In his helpful book, Healing Trauma: A pioneering program for restoring the wisdom of your body, Peter Levine explains how gentle shaking and trembling are a part of the body’s natural way to release nervous system overactivation.
Why does this matter for women in recovery from addiction, mental health problems or trauma? In short, when triggered into acute fear or anger, we feel it as uncomfortable distress, and if that intense discomfort doesn’t find a healthy pathway out of the body, we can end up going down bad roads trying to get relief.
Whether we pick up negative thoughts, launch patterns of self-destructive behavior, or just freeze up and dissociate, trauma energy is toxic and better not let it linger too long.
Shaking Is Natural
Animals can be seen shaking and trembling as a way to release energy from the body that they don’t need anymore. In A New Earth, Eckhart Tolle shares his insight that ducks in a pond always take a few moments to beat their wings after any kind of fight or showdown. After shaking off the excess energy, they return to a state of apparent peace and calm.
What about us, do we easily return to peace after we get triggered? I don’t know about you, but I’m well capable of stewing and churning unproductively for days after a moment’s exposure to something that touches on my core wounds.
Even though this gets better over the years, I’m always interested to learn more how we might more wisely engage the resources of the body to have a better journey through healing episodes!
Shake it Off
Calling it the “shake it off technique”, Peter Levine incorporates the idea of conscious trembling into his body therapy methodology, Somatic Experiencing.
Somatic Experiencing therapists are trained to be able to guide their clients to learn to self-soothe, observe their own sensations, and reorder their responses to life through deliberately activating the gentle shaking response when in need of a release.
Somatic Experiencing has the goal of supporting clients to learn to regulate their body’s responses, through conscious witnessing, monitoring, and working with the nervous system. Rather than suppressing or trying to avoid the traumatic response, the idea is to support the body to do its thing.
It’s a little bit like saying, the body needs to have its trauma response in order to be able to get over something that shook us up. Rather than resisting the signs and mechanisms of trauma processing, we can become an ally and support the body. Engaging the trembling mechanism is one way to be a friend to the body as it does its work of releasing excess activation energies.
The end result is a settling in the nervous system – a return to peace.
Put it to Music!
The method of shaking and trembling is used in dance therapy, too, and works wonderfully with music. So why not try it out ourselves, putting it to music?
Before you do, note it’s important to apply the exercise very gently and gradually and to pay close attention to whether it’s making the distress better. If it’s not working, stop and maybe try again another time. It can take a few tries before getting the hang of it. The line between shaking and trembling will gradually blur, and there may be moments when the body seems to tremble of its own accord – that’s good!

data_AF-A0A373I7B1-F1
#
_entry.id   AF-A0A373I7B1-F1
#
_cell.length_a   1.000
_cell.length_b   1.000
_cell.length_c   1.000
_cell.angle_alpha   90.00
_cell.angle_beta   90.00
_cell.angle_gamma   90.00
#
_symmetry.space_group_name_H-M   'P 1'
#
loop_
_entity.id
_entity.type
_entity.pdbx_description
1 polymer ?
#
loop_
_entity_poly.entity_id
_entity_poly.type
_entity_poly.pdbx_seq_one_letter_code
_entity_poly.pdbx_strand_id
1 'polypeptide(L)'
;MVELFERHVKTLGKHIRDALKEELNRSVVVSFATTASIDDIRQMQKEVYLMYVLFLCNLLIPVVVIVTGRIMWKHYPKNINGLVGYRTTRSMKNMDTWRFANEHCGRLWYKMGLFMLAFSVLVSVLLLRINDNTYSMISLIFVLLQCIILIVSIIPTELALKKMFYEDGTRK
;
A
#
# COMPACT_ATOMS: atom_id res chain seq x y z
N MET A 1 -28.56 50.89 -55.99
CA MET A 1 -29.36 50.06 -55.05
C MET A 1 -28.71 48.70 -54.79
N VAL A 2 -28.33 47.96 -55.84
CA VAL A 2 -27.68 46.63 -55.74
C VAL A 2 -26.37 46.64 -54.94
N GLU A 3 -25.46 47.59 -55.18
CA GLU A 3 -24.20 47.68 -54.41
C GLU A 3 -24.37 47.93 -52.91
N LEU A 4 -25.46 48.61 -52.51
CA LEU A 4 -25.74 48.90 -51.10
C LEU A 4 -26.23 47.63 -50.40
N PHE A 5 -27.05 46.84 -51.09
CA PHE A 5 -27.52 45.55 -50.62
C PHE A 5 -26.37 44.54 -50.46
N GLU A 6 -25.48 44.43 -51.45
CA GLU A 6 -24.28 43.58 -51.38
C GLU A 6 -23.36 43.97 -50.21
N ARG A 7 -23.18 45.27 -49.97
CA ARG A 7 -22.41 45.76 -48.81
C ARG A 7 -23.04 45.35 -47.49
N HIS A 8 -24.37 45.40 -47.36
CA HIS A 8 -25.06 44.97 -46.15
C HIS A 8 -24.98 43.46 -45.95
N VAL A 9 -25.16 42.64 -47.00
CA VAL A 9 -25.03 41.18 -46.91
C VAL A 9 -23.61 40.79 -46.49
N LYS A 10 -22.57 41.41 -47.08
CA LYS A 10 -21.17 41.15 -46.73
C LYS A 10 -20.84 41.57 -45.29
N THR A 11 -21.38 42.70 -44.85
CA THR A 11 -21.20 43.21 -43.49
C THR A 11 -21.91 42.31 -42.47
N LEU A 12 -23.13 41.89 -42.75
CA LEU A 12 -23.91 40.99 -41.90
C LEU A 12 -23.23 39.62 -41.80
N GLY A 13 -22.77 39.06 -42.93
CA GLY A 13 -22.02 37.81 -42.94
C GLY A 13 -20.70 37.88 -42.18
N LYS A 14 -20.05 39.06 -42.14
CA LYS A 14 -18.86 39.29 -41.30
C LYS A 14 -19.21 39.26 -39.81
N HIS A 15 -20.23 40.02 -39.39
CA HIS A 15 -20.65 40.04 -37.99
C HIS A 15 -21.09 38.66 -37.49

Don’t just go wild, even if you’re listening to wild music. Allow your nervous system to be primary and start with a less-is-more approach and build from there.
Steps to Get Shaking:
- Choose a space where you will feel safe and comfortable shaking the body a little bit. Look for privacy and physical coziness, so that body really feels good to begin with.
- Choose between lying down or standing up for this exercise. Lying down is a great place to start and tends to feel a little safer. You might get up during the song anyway.
- Choose some gentle, but stimulating music. As long as you like the song, it’s fine. Pay attention specifically to the rhythm and whether or not the rhythm feels inspiring to your body.
A song that works for me for this is The Look by Metronomy (https://youtu.be/sFrNsSnk8GM). I was just thinking “I wonder why” as I wrote this and then I heard one of the lyrics is “remember how we shook, shook.”
So while we’re at it, it can be a fun project in and of itself to find songs that use the word “shake” or “shook” in it somewhere. There are so many!
Here are some relatively wholesome songs I like for this exercise:
Shake It Up ~ the Cars
Shake It Baby ~ John Lee Hooker
I’m All Shook Up ~ Elvis
There are plenty of less wholesome ones too. What can I say? I’ll leave that part up to you 🙂
- Once you’ve selected your song, press play and start out in a stable, neutral still position. Softly begin to very, very gently let the body shake, starting with your feet and legs. Do not hurt your body. Shake in only the ways that feel good to you. Explore to see what pace, what angles, what kinds of motions feel positive.
- Allow your arms and hands to get involved. If the music really affects you, your shaking will be partly a dance, of course – let that happen! It may end up as a whole body movement. Do this as long as it feels good, but do allow rest and pause when that’s what the body seems to wants.
- At the end of your song, take a few moments to breathe deeply, rest and let the body settle, in a restorative position, such as child’s pose or lying on your back with your knees bent and your legs together, feet flat on the floor. Enjoy the effects you created in just a couple of minutes of shaking around.
How do you feel? All shook up in a good way?
Thanks for reading!